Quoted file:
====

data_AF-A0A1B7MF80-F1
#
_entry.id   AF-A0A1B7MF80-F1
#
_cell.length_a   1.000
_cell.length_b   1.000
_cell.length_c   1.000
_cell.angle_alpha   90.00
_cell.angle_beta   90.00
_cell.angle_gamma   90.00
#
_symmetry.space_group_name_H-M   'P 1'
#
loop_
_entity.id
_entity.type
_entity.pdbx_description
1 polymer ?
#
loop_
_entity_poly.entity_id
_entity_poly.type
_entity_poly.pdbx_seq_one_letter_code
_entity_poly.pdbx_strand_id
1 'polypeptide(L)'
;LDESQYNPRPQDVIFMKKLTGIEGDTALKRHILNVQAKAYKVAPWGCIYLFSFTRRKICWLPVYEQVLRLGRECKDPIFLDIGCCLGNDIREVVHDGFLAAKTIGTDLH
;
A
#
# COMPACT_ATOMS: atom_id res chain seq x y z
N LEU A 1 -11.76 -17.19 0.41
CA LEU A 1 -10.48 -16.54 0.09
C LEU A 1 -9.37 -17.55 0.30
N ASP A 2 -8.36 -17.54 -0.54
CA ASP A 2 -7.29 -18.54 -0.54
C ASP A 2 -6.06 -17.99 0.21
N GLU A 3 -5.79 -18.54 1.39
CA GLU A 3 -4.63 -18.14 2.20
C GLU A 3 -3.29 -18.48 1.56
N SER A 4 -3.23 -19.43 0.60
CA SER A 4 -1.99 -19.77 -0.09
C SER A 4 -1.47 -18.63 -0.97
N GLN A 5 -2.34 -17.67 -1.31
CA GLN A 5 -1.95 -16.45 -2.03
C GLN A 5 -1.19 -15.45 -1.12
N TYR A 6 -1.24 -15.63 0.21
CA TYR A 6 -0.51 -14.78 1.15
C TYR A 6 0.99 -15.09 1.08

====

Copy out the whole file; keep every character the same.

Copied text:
data_AF-A0A1B7MF80-F1
#
_entry.id   AF-A0A1B7MF80-F1
#
_cell.length_a   1.000
_cell.length_b   1.000
_cell.length_c   1.000
_cell.angle_alpha   90.00
_cell.angle_beta   90.00
_cell.angle_gamma   90.00
#
_symmetry.space_group_name_H-M   'P 1'
#
loop_
_entity.id
_entity.type
_entity.pdbx_description
1 polymer ?
#
loop_
_entity_poly.entity_id
_entity_poly.type
_entity_poly.pdbx_seq_one_letter_code
_entity_poly.pdbx_strand_id
1 'polypeptide(L)'
;LDESQYNPRPQDVIFMKKLTGIEGDTALKRHILNVQAKAYKVAPWGCIYLFSFTRRKICWLPVYEQVLRLGRECKDPIFLDIGCCLGNDIREVVHDGFLAAKTIGTDLH
;
A
#
# COMPACT_ATOMS: atom_id res chain seq x y z
N LEU A 1 -11.76 -17.19 0.41
CA LEU A 1 -10.48 -16.54 0.09
C LEU A 1 -9.37 -17.55 0.30
N ASP A 2 -8.36 -17.54 -0.54
CA ASP A 2 -7.29 -18.54 -0.54
C ASP A 2 -6.06 -17.99 0.21
N GLU A 3 -5.79 -18.54 1.39
CA GLU A 3 -4.63 -18.14 2.20
C GLU A 3 -3.29 -18.48 1.56
N SER A 4 -3.23 -19.43 0.60
CA SER A 4 -1.99 -19.77 -0.09
C SER A 4 -1.47 -18.63 -0.97
N GLN A 5 -2.34 -17.67 -1.31
CA GLN A 5 -1.95 -16.45 -2.03
C GLN A 5 -1.19 -15.45 -1.12
N TYR A 6 -1.24 -15.63 0.21
CA TYR A 6 -0.51 -14.78 1.15
C TYR A 6 0.99 -15.09 1.08